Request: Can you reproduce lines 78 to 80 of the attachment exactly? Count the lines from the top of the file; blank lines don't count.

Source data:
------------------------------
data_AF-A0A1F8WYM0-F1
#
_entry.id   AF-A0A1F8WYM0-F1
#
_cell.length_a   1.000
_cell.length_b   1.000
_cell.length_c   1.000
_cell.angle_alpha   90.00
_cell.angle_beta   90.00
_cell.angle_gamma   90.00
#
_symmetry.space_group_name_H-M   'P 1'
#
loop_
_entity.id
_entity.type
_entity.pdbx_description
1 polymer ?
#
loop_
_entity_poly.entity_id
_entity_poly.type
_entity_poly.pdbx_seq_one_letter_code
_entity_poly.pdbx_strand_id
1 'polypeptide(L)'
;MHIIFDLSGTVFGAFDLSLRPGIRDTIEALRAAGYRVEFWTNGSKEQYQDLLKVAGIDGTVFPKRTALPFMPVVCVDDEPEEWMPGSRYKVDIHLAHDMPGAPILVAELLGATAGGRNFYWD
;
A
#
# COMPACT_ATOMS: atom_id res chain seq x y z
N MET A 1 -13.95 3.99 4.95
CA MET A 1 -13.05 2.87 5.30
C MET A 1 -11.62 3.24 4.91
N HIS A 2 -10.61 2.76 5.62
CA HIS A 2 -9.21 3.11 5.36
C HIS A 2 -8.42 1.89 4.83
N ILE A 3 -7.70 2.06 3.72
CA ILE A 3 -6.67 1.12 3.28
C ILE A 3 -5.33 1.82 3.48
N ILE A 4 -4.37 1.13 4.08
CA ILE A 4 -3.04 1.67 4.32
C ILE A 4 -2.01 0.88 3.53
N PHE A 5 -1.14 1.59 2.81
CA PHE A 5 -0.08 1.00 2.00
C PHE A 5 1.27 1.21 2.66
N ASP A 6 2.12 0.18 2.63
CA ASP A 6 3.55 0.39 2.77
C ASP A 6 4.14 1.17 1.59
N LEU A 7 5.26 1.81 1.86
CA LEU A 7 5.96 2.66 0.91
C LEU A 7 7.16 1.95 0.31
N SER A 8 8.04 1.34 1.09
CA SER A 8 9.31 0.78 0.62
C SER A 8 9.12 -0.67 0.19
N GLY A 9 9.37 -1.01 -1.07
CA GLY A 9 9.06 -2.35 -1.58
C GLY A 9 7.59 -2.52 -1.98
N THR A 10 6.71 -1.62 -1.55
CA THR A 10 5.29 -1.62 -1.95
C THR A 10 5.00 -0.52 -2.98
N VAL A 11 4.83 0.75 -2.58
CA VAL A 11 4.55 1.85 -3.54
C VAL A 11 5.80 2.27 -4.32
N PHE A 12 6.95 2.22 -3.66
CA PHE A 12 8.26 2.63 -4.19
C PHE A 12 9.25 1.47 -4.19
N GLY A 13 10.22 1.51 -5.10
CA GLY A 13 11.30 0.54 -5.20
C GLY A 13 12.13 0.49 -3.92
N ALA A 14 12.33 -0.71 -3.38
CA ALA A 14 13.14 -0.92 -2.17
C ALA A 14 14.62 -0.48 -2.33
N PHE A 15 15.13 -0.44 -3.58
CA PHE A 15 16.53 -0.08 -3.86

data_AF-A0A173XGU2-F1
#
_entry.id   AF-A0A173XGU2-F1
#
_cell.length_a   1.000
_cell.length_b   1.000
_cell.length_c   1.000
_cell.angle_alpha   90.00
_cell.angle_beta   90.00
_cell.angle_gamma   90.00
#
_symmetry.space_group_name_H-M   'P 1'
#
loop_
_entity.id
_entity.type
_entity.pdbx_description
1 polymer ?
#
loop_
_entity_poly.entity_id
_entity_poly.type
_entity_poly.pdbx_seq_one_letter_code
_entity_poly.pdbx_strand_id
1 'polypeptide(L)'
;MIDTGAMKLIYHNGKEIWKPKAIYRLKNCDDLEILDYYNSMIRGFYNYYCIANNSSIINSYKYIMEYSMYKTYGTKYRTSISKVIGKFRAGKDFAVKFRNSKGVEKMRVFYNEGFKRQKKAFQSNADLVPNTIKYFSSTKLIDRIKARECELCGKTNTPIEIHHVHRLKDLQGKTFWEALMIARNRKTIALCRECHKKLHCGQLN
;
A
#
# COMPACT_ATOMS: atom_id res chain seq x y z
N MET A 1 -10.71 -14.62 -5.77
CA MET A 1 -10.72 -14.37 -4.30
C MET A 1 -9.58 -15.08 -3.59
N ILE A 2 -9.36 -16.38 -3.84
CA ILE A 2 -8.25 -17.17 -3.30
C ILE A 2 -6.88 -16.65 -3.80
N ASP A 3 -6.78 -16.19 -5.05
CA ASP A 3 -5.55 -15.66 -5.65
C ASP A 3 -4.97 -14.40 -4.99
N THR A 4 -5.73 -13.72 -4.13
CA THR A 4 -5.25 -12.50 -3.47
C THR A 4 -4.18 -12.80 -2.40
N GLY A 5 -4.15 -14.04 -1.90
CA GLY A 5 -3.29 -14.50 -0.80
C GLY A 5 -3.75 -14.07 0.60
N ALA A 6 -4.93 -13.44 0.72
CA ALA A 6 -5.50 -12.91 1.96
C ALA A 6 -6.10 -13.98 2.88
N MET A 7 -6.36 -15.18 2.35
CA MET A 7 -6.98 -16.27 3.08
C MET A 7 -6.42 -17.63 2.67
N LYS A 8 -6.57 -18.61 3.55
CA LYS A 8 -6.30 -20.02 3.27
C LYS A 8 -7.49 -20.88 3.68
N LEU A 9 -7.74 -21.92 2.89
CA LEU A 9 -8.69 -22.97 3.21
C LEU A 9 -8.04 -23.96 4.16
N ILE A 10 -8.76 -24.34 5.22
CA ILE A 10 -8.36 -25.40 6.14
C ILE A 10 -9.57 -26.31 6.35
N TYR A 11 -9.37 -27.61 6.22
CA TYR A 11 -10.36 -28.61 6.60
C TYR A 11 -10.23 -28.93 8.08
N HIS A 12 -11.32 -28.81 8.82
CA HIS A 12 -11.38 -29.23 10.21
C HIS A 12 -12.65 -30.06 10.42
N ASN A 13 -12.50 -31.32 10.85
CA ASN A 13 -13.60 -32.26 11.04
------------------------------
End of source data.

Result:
#
_cell.length_a   1.000
_cell.length_b   1.000